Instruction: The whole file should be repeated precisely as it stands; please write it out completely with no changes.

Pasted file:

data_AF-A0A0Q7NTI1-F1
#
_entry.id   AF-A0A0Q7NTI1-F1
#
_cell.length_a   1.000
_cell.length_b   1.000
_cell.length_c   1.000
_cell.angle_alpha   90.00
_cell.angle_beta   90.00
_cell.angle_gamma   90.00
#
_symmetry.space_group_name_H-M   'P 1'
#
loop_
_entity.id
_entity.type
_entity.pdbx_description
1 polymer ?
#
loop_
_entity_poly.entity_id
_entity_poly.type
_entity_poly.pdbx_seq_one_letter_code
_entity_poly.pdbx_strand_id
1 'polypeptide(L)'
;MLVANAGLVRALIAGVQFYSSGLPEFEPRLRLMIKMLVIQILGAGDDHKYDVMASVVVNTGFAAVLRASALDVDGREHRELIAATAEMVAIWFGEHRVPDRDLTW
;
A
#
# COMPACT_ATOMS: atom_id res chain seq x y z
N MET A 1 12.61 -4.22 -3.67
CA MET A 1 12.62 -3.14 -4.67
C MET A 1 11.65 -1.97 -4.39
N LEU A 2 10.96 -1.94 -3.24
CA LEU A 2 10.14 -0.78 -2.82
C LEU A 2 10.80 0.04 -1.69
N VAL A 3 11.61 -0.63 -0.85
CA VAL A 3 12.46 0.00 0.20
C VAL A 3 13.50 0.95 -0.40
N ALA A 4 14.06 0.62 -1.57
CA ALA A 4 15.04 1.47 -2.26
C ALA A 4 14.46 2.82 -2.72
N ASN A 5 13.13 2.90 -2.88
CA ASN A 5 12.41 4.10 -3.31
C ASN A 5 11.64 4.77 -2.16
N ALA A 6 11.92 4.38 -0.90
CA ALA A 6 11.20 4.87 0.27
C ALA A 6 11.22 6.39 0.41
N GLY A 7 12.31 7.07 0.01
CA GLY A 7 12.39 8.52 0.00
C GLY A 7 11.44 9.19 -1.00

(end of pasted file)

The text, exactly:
data_AF-A0A0Q7NTI1-F1
#
_entry.id   AF-A0A0Q7NTI1-F1
#
_cell.length_a   1.000
_cell.length_b   1.000
_cell.length_c   1.000
_cell.angle_alpha   90.00
_cell.angle_beta   90.00
_cell.angle_gamma   90.00
#
_symmetry.space_group_name_H-M   'P 1'
#
loop_
_entity.id
_entity.type
_entity.pdbx_description
1 polymer ?
#
loop_
_entity_poly.entity_id
_entity_poly.type
_entity_poly.pdbx_seq_one_letter_code
_entity_poly.pdbx_strand_id
1 'polypeptide(L)'
;MLVANAGLVRALIAGVQFYSSGLPEFEPRLRLMIKMLVIQILGAGDDHKYDVMASVVVNTGFAAVLRASALDVDGREHRELIAATAEMVAIWFGEHRVPDRDLTW
;
A
#
# COMPACT_ATOMS: atom_id res chain seq x y z
N MET A 1 12.61 -4.22 -3.67
CA MET A 1 12.62 -3.14 -4.67
C MET A 1 11.65 -1.97 -4.39
N LEU A 2 10.96 -1.94 -3.24
CA LEU A 2 10.14 -0.78 -2.82
C LEU A 2 10.80 0.04 -1.69
N VAL A 3 11.61 -0.63 -0.85
CA VAL A 3 12.46 0.00 0.20
C VAL A 3 13.50 0.95 -0.40
N ALA A 4 14.06 0.62 -1.57
CA ALA A 4 15.04 1.47 -2.26
C ALA A 4 14.46 2.82 -2.72
N ASN A 5 13.13 2.90 -2.88
CA ASN A 5 12.41 4.10 -3.31
C ASN A 5 11.64 4.77 -2.16
N ALA A 6 11.92 4.38 -0.90
CA ALA A 6 11.20 4.87 0.27
C ALA A 6 11.22 6.39 0.41
N GLY A 7 12.31 7.07 0.01
CA GLY A 7 12.39 8.52 0.00
C GLY A 7 11.44 9.19 -1.00